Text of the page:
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It was noon when Sun Zheping flew into Qingdao, the day before the game. The sun hung high in the sky, bright and lemon-sharp; and as he glanced through the plane window, on a whim, to catch a glimpse of the waves billowing beyond land, rays of light bounced off the sea and seared his sight. He blinked against the onslaught, then shut his eyes, but the dazzling afterimages blossomed on the backs of his eyelids—like fizzling fireworks, or shooting stars.

Not like my wishes come true, laughed the merry voice in his memory. But fireworks are fun, that’s all.



His old partner dyed his hair a darker red now, which matched Tyranny’s colors better than the brighter shades of their Hundred Blossoms days; yet as their teams shook hands, he smiled his artless smile at Sun Zheping. Same as ever, after years apart.

“What are you laughing at,” said Sun Zheping.

“Hehe,” Zhang Jiale said. “You think the bandages make you cool?”

Sun Zheping met his gaze head-on. “So? Your alt makes you dazzling.” Dazzling Spring—the charmer, the tempter…

“Tch...” A flush crept up along Zhang Jiale’s neck, slow and sweet, as he walked past. “... Well, good luck.”




Bright light burst over Another Summer of Sleep like a riotous jungle, while shadows ghosted round like leaves within a shining maze, so that through his dappled vision he could barely see the form of Dazzling Hundred Blossoms—but no matter; for as changed as they were, Sun Zheping thought, surely he could learn all that was Zhang Jiale anew, and with each sweep of his gaze across the battlefield he slid deeper into the rhythm of this new Hundred Blossoms style: inevitably, inexorably, like a silvered river flowing into the sea… and there, a minnow-quick flash—aha!... found you.



When he pushed open the door to Tyranny’s break room, his entrance was almost a non-occurrence; only Han Wenqing looked up and nodded, before turning his attention elsewhere.

But Zhang Jiale hadn’t seemed to see or hear him; he was ruffling through his bag in the corner, while the jacket tied at his waist rustled with every shuffle of his feet. Sun Zheping walked over to his side, and saw Zhang Jiale turning a water bottle in his hands—over and over, again and again.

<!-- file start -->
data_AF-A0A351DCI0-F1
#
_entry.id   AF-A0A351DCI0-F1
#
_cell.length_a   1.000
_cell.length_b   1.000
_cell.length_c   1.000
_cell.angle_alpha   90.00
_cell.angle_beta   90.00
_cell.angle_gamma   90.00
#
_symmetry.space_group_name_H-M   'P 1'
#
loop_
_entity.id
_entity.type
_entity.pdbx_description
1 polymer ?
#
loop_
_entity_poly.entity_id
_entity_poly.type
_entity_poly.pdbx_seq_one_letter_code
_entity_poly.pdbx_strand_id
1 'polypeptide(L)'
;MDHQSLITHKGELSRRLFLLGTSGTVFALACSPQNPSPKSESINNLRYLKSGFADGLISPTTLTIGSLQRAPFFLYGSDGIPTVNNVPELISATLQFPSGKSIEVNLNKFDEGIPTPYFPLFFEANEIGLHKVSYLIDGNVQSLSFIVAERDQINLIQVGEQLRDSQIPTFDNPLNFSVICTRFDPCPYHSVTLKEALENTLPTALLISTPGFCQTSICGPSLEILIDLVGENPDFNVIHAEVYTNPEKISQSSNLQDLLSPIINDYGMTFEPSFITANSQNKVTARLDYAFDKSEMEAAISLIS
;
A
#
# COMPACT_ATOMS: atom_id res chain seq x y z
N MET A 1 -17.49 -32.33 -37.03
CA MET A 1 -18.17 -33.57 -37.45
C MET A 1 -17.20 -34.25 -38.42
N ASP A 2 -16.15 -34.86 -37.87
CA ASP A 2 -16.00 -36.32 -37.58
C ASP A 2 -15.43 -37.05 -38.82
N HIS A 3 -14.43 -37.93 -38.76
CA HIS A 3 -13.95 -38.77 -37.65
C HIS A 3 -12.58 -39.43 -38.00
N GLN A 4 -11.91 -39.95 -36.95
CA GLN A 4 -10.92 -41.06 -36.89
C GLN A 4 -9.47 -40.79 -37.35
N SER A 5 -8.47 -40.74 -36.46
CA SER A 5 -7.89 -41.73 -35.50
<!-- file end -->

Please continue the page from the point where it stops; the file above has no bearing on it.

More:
He reached out low, and pulled at a loose jacket sleeve. “Hey. Zhang Jiale. Let’s go.”



“You don’t have to pretend, I know you have ears.” You knew when I walked through the door, didn’t you.

“I was thinking about what to eat! It’s not like we can do spicy clams, you threw everything up last time.”

“That was badly prepped. And that was a long time ago.” Before I left. “What’s the point of coming to Qingdao without having seafood?”


“Let’s have mackerel. All right, don’t look at me like that. There’s Glory.” And you.

“Fine, as you wish. And oh wait, Big Sun, I remembered something. Give me your hand.”



Sun Zheping pointedly offered his bare right hand to Zhang Jiale, who snorted. “I didn’t mean the other one anyway.”

Then he smiled, artless still, and shaped it into a loose fist as he raised it to his lips.

And Sun Zheping suddenly shivered; his hand clenched. What raced through his trembling fingers then weren’t the familiar flashes of pain, but threads of heat unspooling from his heart; and yet how could he say—how could he say these distracting thoughts now, after years apart...

But Zhang Jiale didn’t kiss his hand; he simply blew inside. “Since you forgot,” he said.



It was midnight when Sun Zheping went back to his shoreside hotel. Moonlight cast a pale glimmer upon the sea and turned it fragile before his eyes—as if it were a looking-glass lake, silvered by flights of fancies and shot through by wish-granting stars.

But all that was illusion, light and shadow alike. What he knew as truth were these—an unchanged smile and a changed playstyle, talk of past meals and reminders of past habits. “Since you forgot,” Zhang Jiale had said: a familiar act, for an unfamiliar enemy.

Even so, he thought, you remembered for me.